These are the stocks posting the largest moves before the bell.Market Insiderread more
An oil processing facility at Abqaiq and the nearby Khurais oil field was attacked on Saturday.Marketsread more
"There is reason to believe that we know the culprit," Trump said in a post on Twitter.Politicsread more
An extended Saudi oil outage could push Brent crude prices north of $75 per barrel, Goldman Sachs warned clients.Marketsread more
As investors worry about oil supply, airline and cruise ship stocks are getting hit on Monday, while some energy stocks are shooting upward.Marketsread more
The trucking industry is worth hundreds of billions of dollars per year. Uber is going after this market with Uber Freight, an online platform that matches truckers with...Technologyread more
Brent crude surged by as much as 19.5% to reach $71.95 per barrel on Monday, the biggest intra-day jump since the Gulf War in 1991.Oilread more
U.S. stock futures are under pressure Monday as oil prices spike after Saturday's coordinated strikes on key Saudi oil interests.Marketsread more
In the past few weeks, the S&P 500 has waged a 6% rally, pulling within 1% of its late-July record high by Friday's close.Trading Nationread more
The strike, depending on its length, could easily cost GM hundreds of millions of dollars. The last time the union declared a strike at GM was in 2007.Autosread more
Saudi Aramco has 35-40 days of supply to meet contractual obligations, a source close to the matter told CNBC.Energyread more
The event at Washington University in St. Louis follows a first debate late last month in which Trump seemed at times agitated and unprepared. His ensuing public spat with a former Miss Universe whom Clinton brought up at the debate, including an overnight insult-ridden tweet storm, compounded what turned into a rough stretch for the Republican candidate.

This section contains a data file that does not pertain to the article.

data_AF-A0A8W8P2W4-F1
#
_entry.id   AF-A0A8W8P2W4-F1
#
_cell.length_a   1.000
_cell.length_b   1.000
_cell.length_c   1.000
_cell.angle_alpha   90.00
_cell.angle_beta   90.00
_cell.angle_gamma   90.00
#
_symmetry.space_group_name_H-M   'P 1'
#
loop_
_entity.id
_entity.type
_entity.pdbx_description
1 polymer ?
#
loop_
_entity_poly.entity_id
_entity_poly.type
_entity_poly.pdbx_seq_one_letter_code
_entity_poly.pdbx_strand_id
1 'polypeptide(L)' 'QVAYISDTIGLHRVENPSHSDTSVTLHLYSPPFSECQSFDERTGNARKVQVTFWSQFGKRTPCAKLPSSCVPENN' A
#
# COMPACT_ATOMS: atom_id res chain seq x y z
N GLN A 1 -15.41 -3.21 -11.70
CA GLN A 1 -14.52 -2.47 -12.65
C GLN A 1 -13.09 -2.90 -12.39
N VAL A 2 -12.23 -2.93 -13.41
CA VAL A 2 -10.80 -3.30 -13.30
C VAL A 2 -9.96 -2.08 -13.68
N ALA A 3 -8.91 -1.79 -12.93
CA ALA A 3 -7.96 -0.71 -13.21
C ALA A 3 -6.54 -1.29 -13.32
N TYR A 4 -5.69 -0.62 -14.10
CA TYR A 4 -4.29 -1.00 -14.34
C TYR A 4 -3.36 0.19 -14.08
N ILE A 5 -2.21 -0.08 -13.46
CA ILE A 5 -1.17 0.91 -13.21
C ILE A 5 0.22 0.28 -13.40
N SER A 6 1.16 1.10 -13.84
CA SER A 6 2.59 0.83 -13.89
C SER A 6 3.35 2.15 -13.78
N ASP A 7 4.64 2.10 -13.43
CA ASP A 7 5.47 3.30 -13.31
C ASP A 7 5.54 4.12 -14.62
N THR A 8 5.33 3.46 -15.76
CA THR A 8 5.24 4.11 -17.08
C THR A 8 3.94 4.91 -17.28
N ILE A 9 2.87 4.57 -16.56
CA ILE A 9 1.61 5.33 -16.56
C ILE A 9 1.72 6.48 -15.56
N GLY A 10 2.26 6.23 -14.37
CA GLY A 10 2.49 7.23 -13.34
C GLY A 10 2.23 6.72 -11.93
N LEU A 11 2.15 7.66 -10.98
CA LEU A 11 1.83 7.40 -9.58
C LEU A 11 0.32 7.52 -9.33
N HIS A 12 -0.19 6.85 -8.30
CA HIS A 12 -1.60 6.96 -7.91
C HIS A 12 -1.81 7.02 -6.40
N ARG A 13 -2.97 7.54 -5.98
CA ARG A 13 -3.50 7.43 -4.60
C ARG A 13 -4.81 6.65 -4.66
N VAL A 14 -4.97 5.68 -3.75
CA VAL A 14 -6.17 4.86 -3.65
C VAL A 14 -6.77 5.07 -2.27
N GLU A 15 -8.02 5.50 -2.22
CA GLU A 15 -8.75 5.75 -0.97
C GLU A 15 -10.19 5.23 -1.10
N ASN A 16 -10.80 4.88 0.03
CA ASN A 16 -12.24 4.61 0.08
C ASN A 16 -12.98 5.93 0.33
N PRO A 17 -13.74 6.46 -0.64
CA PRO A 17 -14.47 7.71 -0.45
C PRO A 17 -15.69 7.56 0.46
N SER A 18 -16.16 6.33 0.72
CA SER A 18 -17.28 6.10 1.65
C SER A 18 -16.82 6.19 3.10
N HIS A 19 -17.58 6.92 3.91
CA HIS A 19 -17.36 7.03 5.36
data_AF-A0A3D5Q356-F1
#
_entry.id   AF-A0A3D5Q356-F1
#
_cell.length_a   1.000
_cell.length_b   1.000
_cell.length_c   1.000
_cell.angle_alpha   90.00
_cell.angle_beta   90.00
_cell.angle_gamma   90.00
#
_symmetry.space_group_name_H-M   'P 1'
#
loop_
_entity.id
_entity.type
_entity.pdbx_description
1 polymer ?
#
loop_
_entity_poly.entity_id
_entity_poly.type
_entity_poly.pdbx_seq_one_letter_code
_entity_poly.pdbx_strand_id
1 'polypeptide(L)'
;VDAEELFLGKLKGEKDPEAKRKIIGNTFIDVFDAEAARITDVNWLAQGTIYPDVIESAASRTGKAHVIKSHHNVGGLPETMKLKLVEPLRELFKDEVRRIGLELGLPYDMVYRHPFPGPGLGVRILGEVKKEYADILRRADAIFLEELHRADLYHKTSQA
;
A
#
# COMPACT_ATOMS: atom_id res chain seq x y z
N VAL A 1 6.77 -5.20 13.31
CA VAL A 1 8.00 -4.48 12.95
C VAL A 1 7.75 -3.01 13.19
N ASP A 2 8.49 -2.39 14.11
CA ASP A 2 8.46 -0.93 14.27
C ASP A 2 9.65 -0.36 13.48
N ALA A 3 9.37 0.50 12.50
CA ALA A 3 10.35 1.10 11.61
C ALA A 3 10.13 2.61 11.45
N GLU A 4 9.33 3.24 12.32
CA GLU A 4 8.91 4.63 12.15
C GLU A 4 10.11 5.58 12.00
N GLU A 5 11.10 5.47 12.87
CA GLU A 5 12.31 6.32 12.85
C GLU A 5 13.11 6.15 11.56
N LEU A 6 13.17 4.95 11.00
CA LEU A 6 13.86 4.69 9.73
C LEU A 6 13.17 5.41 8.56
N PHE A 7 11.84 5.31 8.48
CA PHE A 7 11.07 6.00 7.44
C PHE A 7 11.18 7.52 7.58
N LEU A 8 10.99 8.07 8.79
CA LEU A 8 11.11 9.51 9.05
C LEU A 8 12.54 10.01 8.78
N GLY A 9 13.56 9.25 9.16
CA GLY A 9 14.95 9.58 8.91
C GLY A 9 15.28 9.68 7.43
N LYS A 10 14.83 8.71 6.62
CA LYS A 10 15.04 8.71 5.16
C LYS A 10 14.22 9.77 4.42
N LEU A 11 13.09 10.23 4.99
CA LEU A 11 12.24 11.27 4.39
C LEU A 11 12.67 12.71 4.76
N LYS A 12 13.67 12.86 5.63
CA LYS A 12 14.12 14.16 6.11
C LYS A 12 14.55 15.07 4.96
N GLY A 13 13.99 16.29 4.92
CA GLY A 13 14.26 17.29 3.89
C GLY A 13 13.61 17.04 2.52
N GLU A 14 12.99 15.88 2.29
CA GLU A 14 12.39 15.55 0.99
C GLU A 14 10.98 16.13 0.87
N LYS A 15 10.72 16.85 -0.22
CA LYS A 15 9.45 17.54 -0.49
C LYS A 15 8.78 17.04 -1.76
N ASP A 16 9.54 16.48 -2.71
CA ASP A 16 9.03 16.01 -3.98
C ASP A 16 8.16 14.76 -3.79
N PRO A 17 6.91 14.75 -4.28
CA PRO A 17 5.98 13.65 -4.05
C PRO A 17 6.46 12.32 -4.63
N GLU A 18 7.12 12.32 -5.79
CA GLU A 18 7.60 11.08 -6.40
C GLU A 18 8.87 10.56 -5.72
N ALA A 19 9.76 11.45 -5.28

Trump on Sunday will once again seek to assure the tens of millions of viewers that he can control his bombastic tendencies and effectively discuss policy. Clinton will likely look to keep Trump off balance and avoid any major gaffes that could reverse the recent polling shift in her favor.
Clinton's average lead in recent national polls featuring third-party candidates Gary Johnson and Jill Stein has grown to 3.5 points, up from 1.6 points on the day of the first debate. She leads in an average of recent polls in swing states Colorado, Florida, New Hampshire, North Carolina, Pennsylvania and Virginia, at least one of which Trump would have to win to take the White House. Trump has a recent advantage in Iowa and Ohio.
A strong showing in the debate could certainly give Trump a boost. A record of more than 80 million people watched the first debate at Hofstra University, and Sunday's could also draw a huge audience.
It will feature a town hall format, different from the first in which the candidates fielded questions on stage from NBC News anchor Lester Holt.
It remains to be seen whether Trump comes into Sunday more prepared or looks more comfortable in the town hall format. He held a town hall event in New Hampshire on Thursday night, which he insisted was not preparation despite it featuring a timer on his answers. He fielded relatively easy questions from conservative radio host Howie Carr.
Sunday's debate also follows a vice presidential debate in which most commentators said Trump's running mate Mike Pence got the better of Clinton's running mate Tim Kaine. Pence deflected consistent attacks on Trump from Kaine, though he denied Trump said some statements he made in the past and avoided defending some of Trump's most outrageous remarks and policies.
However, multiple reports indicated that Trump felt upstaged by Pence's debate success after his own struggles.
Focus on Friday has shifted away from politics, as a potentially devastating hurricane bears down on Florida.
Watch the full debate and CNBC's analysis at CNBC.com starting at 9 p.m. ET on Sunday.